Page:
Naturally when you go buy a house and contract out a mortgage with a lender, you will have to pay interest because you are using someone else’s money. But every time you make your monthly mortgage payment you also pay back some of this money. This builds up your equity which then grows over time. Equity growth is typically more evident in the United States where mortgages are amortized in a straight line over the term of the loan. In Canada lenders are more complicated and apply a process known in the business as compound interest, i.e. interest on the interest. Still at about halfway through over a typical 25-year amortization span, in Canada too principal repayment takes over interest payment, so that equity growth builds up faster.
Capital gains are not to be confused with capital appreciation, although they are a consequence of it. Simply put, there is a realized capital gain when the amount of money you sell your property for minus the price you paid for it is positive. The real estate market may fluctuate, but it is a matter of fact that house prices increase over time. Economic capital gains are adjusted for inflation and expressed in Dollar/Year. For instance, here in Vancouver a single-family detached home that sold in 1975 for CAD $57,000 in 1975 Dollars may very well sell today for CAD $525,000 in 2005 Dollars.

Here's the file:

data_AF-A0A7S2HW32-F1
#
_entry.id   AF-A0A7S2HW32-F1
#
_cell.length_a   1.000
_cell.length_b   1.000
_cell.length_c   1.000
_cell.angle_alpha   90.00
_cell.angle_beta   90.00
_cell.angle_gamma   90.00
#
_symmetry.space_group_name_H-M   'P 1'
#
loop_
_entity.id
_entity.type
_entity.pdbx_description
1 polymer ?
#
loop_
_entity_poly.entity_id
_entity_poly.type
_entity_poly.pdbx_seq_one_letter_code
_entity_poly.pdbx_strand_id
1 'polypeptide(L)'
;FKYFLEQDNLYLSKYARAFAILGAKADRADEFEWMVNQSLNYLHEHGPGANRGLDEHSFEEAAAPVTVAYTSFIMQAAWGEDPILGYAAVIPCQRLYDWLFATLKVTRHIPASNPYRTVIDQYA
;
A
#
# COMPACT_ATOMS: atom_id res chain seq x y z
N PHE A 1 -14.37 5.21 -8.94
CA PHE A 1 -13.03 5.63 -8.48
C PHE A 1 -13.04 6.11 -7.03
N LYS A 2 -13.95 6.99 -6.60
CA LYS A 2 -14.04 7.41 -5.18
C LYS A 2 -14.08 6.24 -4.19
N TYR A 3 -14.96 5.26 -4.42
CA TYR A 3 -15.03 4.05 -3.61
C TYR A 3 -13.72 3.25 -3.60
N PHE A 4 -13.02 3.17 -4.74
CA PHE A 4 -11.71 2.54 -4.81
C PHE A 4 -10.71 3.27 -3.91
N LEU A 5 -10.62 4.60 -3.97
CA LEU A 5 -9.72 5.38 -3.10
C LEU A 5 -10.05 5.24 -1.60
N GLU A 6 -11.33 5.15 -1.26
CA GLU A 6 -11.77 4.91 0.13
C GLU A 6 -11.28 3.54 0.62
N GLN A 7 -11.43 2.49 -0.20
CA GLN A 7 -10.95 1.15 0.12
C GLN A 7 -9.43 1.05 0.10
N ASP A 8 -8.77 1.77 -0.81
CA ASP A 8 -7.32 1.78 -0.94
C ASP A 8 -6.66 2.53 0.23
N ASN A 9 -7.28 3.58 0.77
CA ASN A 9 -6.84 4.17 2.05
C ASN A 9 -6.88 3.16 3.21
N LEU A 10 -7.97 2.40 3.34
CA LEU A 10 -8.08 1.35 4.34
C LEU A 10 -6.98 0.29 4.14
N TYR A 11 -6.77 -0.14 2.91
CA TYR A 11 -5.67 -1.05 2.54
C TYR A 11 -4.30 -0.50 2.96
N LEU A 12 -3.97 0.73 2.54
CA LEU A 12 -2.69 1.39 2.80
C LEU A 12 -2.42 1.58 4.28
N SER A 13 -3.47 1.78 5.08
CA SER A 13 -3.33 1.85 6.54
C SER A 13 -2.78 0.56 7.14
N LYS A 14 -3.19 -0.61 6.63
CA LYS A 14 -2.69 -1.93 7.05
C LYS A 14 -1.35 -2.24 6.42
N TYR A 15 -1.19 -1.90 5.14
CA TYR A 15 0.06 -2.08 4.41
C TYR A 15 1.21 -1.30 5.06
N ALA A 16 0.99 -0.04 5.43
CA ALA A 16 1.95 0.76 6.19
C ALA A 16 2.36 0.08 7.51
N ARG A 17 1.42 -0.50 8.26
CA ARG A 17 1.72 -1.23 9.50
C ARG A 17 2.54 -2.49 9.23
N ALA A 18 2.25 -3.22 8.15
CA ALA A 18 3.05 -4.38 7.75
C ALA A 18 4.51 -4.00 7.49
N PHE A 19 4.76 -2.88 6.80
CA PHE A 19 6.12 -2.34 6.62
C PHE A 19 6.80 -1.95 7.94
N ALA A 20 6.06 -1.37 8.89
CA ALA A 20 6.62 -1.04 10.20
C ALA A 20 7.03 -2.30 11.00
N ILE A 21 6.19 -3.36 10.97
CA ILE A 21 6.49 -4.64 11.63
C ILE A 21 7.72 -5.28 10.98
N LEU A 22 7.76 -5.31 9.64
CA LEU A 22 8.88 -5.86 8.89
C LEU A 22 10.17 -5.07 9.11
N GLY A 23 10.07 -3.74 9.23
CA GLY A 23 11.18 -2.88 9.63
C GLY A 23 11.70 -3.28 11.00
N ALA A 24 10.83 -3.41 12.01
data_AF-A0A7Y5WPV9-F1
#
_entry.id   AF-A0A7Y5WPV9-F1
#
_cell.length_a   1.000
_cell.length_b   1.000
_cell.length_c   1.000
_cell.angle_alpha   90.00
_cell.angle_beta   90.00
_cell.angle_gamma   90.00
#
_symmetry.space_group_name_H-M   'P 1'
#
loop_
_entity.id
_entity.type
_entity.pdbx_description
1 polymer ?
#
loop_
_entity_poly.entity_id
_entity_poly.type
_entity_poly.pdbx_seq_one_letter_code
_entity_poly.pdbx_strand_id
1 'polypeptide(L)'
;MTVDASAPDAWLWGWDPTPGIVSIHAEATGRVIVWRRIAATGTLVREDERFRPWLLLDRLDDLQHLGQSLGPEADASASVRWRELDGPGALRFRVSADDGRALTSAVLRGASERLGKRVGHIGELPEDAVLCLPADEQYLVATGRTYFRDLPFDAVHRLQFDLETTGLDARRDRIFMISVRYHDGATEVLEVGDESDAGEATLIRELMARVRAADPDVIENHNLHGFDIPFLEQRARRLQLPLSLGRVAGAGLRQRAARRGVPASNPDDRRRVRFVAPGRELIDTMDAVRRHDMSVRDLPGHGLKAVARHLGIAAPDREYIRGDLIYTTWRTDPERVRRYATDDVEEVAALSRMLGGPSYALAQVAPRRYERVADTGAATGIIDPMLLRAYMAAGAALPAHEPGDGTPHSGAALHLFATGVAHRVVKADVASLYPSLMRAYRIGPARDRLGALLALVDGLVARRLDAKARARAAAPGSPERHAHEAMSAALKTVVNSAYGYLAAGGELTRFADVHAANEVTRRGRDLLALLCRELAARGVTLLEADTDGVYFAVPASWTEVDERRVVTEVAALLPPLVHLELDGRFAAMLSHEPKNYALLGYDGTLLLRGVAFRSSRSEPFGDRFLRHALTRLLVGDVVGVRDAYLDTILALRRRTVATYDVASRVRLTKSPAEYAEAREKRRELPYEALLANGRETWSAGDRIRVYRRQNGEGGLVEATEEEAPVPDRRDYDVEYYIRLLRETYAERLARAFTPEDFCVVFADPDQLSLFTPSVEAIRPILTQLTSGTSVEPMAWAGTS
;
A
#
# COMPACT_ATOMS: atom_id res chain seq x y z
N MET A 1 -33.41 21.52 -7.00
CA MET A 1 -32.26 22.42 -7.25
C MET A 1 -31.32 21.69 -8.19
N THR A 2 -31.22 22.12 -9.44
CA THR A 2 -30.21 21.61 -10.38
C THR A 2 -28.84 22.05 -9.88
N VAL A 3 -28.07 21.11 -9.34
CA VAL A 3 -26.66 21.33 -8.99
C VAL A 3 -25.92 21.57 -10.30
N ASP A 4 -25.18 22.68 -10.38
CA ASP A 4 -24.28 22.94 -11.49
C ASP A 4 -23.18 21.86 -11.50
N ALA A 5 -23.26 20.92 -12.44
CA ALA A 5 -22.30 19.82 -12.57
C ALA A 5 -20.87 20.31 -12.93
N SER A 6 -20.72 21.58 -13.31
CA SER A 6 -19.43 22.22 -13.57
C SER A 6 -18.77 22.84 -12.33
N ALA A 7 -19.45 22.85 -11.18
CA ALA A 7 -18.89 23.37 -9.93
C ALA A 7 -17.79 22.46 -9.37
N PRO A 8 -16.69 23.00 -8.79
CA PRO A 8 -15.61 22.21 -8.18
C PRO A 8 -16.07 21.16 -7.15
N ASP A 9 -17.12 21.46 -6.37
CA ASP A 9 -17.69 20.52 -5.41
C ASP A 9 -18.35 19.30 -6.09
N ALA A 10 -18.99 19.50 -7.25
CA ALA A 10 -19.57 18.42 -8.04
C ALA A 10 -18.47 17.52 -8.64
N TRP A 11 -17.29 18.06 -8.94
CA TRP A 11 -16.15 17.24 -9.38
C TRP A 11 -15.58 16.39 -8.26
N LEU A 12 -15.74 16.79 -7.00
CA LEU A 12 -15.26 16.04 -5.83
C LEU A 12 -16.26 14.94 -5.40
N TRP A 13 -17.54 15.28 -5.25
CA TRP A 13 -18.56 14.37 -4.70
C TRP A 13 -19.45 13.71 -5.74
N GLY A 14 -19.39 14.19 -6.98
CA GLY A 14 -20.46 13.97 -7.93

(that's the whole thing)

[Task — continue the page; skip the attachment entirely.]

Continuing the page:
On a cursory count, CAD $57,000 in 1975 are equivalent to approximately CAD $80,000 in 2005, so that your economic capital gains from the time you bought the house in 1975 to the time you sell it in 2005 are the difference between CAD $525,000 and CAD $80,000 expressed in 2005 Dollars, or a whopping $445,000. You can easily determine from this example how much real estate has appreciated over time in my hometown, with the appreciation already adjusted for inflation.
PRIVACY AND CONTROL
In a Tenancy Agreement you are entitled to privacy typically for the period you pay rent for, subject to the Landlord’s rights. These rights include the Landlord’s right to inspect the tenanted premises on reasonable notice, the Landlord’s right to sell the tenanted premises, the Landlord’s right to repair and ameliorate and so forth. In essence, just because you pay rent that does not make you the owner. The rent simply guarantees your exclusive use of the premises for a certain period of time, again subject to the Landlord’s rights.
Likewise, in most cases you as the Tenant have no control over items such as remodeling, repainting and redecorating. It is true that in most jurisdictions Landlords have a duty to rent premises reasonably fit for human habitation, but then it is also true that many Landlords do not go one inch over and above the minimum threshold required by law. But from an economist point of view, if you spend money you should be entitled to reap the rewards – something you entirely miss out in a tenancy situation.
Too many tenants and renters think that owning a property is a farfetched goal. Yet, now more than ever it is the best time for them to take the plunge and buy real estate. Mortgage rates are still historically low and the buying process is easier than ever.